The overviews on Etruscan architecture address very different kinds of audiences, and each has its own focus and strengths. Haynes 2000 includes architecture as one of the hallmarks of Etruscan civilization, whereas Boëthius 1978 provides an overview that at the time of writing (1970) represented the most complete and authoritative view. Colonna 1986 and Donati 2000 are chapters in general books on the Etruscans for Italian as well as international readers, while Damgaard Andersen 1998 covers all aspects of early Etruscan architecture in a very systematic presentation. Barker and Rasmussen 1998 emphasizes the landscape of Etruria with accounts of excavations and remains, including architecture. A recent topic of discussion concerns the relationship between Etruscan architecture in general and the architectural traditions of ancient Rome. Works such as Cifani 2008 and Hopkins 2010 emphasize the individual characteristic features of early Roman architecture in relation to that of its Etruscan neighbors. Paoletti and Camporeale 2005 and Moretti Sgubini 2001 illustrate the architectural traditions of different Etruscan sites with an emphasis on Caere/Cerveteri, Tarquinia, Veii, and Vulci. Since no reference works, bibliographies, report, or research papers deal specifically with Etruscan architecture, consult the corresponding sections in the “Etruscans” article for more general resources.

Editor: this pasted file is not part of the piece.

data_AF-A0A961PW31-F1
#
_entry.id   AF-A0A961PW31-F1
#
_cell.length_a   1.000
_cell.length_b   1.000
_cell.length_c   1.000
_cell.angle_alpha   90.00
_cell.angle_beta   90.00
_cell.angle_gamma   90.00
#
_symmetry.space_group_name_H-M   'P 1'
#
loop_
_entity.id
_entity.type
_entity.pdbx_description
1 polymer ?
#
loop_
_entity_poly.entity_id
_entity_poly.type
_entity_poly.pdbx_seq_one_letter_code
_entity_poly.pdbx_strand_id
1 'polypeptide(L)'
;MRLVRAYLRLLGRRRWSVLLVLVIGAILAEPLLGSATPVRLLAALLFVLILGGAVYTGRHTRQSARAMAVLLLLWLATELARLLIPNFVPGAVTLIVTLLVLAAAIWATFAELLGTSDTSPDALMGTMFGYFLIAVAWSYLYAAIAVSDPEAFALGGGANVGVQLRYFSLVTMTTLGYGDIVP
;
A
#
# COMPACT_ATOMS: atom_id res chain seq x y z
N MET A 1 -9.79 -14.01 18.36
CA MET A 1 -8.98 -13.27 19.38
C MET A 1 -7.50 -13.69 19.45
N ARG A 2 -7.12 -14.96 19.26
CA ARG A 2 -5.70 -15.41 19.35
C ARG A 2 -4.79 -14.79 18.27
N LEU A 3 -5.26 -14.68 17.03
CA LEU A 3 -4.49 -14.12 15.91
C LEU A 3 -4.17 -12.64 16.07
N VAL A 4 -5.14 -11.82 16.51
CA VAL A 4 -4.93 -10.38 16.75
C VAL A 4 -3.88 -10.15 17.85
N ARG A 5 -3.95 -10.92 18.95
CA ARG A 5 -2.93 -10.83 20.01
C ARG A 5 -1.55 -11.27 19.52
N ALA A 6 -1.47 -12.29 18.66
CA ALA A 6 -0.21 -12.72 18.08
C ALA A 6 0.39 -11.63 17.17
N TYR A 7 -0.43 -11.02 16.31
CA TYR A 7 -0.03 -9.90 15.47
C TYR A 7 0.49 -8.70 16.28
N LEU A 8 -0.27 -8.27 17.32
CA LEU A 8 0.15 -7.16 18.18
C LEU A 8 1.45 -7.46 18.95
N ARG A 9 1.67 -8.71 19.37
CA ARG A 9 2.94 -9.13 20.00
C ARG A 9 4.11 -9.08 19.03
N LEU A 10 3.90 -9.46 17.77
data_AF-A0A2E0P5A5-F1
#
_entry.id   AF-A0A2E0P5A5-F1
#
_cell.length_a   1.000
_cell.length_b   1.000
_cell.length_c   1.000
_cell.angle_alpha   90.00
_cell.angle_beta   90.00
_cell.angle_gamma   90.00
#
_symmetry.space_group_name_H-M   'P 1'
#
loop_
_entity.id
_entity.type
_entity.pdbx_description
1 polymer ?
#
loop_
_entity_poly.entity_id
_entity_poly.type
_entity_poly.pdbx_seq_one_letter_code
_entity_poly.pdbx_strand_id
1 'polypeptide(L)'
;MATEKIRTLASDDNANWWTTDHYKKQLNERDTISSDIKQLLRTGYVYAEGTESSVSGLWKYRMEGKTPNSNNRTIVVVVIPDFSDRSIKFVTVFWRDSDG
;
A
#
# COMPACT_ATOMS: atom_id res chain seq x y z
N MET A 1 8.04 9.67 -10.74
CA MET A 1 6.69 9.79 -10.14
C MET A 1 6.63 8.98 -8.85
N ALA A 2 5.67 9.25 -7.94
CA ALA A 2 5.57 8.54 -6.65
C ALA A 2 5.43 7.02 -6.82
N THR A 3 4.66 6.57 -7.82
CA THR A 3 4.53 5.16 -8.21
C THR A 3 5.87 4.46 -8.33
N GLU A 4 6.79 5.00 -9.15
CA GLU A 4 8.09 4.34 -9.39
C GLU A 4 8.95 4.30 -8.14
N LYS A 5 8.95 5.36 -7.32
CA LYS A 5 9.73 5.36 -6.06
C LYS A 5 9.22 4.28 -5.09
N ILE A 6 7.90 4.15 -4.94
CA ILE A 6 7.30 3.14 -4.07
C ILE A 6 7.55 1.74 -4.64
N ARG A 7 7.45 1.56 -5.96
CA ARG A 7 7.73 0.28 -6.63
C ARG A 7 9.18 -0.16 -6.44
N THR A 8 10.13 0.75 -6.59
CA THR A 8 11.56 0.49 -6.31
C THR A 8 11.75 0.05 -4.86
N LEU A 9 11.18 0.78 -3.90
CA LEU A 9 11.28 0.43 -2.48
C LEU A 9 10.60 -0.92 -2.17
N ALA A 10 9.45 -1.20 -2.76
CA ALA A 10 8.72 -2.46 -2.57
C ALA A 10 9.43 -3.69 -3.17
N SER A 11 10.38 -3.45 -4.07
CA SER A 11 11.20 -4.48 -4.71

• Barker, Graeme, and Tom Rasmussen. 1998. The Etruscans. Oxford: Blackwell.

    Excellent general overview of Etruscan culture with descriptions of sites and architecture.

  • Boëthius, Axel. 1978. Etruscan and early Roman architecture. 2d integrated ed. Revised by Roger Ling and Tom Rasmussen. Harmondsworth, UK: Penguin.

    A solid overview based on archaeological evidence from Etruscan sites. Remains a useful reference work in spite of its date.

  • Cifani, Gabriele. 2008. Architettura romana arcaica. Rome: L’Erma di Bretschneider.

    A catalogue of the remains from early Rome, including famous buildings such as the Capitoline temple.